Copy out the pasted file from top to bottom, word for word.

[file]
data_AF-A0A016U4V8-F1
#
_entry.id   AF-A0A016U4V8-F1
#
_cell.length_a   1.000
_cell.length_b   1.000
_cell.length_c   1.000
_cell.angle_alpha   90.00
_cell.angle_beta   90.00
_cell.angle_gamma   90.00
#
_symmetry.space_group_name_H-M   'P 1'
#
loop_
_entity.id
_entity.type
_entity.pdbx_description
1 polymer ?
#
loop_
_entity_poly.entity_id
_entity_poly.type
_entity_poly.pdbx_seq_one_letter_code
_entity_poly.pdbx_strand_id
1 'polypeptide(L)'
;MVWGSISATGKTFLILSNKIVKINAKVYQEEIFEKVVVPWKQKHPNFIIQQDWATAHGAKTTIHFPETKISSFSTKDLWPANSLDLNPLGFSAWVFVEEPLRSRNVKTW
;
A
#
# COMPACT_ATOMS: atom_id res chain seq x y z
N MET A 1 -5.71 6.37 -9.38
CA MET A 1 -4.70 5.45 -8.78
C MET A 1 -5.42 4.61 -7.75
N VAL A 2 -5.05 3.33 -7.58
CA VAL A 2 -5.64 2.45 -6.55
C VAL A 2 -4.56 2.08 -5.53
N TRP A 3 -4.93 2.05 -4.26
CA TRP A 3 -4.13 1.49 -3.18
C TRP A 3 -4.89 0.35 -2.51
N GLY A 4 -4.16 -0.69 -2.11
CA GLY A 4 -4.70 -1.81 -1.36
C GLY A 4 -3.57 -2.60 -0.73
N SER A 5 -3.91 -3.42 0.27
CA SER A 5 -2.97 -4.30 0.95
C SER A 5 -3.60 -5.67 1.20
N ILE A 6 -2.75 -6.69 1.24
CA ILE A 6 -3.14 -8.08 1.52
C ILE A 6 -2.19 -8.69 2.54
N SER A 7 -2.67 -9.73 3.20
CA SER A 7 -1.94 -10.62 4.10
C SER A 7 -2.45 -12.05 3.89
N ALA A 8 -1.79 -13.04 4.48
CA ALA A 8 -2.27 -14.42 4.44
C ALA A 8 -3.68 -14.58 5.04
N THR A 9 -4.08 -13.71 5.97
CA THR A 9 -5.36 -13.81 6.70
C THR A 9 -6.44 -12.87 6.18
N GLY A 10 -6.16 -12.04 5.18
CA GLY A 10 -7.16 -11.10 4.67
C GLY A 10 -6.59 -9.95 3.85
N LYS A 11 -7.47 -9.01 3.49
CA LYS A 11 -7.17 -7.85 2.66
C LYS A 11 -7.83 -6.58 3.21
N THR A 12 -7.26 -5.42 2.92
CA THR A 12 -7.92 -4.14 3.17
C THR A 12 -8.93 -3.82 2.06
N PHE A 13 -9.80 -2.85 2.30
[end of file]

data_AF-A0A016U4V8-F1
#
_entry.id   AF-A0A016U4V8-F1
#
_cell.length_a   1.000
_cell.length_b   1.000
_cell.length_c   1.000
_cell.angle_alpha   90.00
_cell.angle_beta   90.00
_cell.angle_gamma   90.00
#
_symmetry.space_group_name_H-M   'P 1'
#
loop_
_entity.id
_entity.type
_entity.pdbx_description
1 polymer ?
#
loop_
_entity_poly.entity_id
_entity_poly.type
_entity_poly.pdbx_seq_one_letter_code
_entity_poly.pdbx_strand_id
1 'polypeptide(L)'
;MVWGSISATGKTFLILSNKIVKINAKVYQEEIFEKVVVPWKQKHPNFIIQQDWATAHGAKTTIHFPETKISSFSTKDLWPANSLDLNPLGFSAWVFVEEPLRSRNVKTW
;
A
#
# COMPACT_ATOMS: atom_id res chain seq x y z
N MET A 1 -5.71 6.37 -9.38
CA MET A 1 -4.70 5.45 -8.78
C MET A 1 -5.42 4.61 -7.75
N VAL A 2 -5.05 3.33 -7.58
CA VAL A 2 -5.64 2.45 -6.55
C VAL A 2 -4.56 2.08 -5.53
N TRP A 3 -4.93 2.05 -4.26
CA TRP A 3 -4.13 1.49 -3.18
C TRP A 3 -4.89 0.35 -2.51
N GLY A 4 -4.16 -0.69 -2.11
CA GLY A 4 -4.70 -1.81 -1.36
C GLY A 4 -3.57 -2.60 -0.73
N SER A 5 -3.91 -3.42 0.27
CA SER A 5 -2.97 -4.30 0.95
C SER A 5 -3.60 -5.67 1.20
N ILE A 6 -2.75 -6.69 1.24
CA ILE A 6 -3.14 -8.08 1.52
C ILE A 6 -2.19 -8.69 2.54
N SER A 7 -2.67 -9.73 3.20
CA SER A 7 -1.94 -10.62 4.10
C SER A 7 -2.45 -12.05 3.89
N ALA A 8 -1.79 -13.04 4.48
CA ALA A 8 -2.27 -14.42 4.44
C ALA A 8 -3.68 -14.58 5.04
N THR A 9 -4.08 -13.71 5.97
CA THR A 9 -5.36 -13.81 6.70
C THR A 9 -6.44 -12.87 6.18
N GLY A 10 -6.16 -12.04 5.18
CA GLY A 10 -7.16 -11.10 4.67
C GLY A 10 -6.59 -9.95 3.85
N LYS A 11 -7.47 -9.01 3.49
CA LYS A 11 -7.17 -7.85 2.66
C LYS A 11 -7.83 -6.58 3.21
N THR A 12 -7.26 -5.42 2.92
CA THR A 12 -7.92 -4.14 3.17
C THR A 12 -8.93 -3.82 2.06
N PHE A 13 -9.80 -2.85 2.30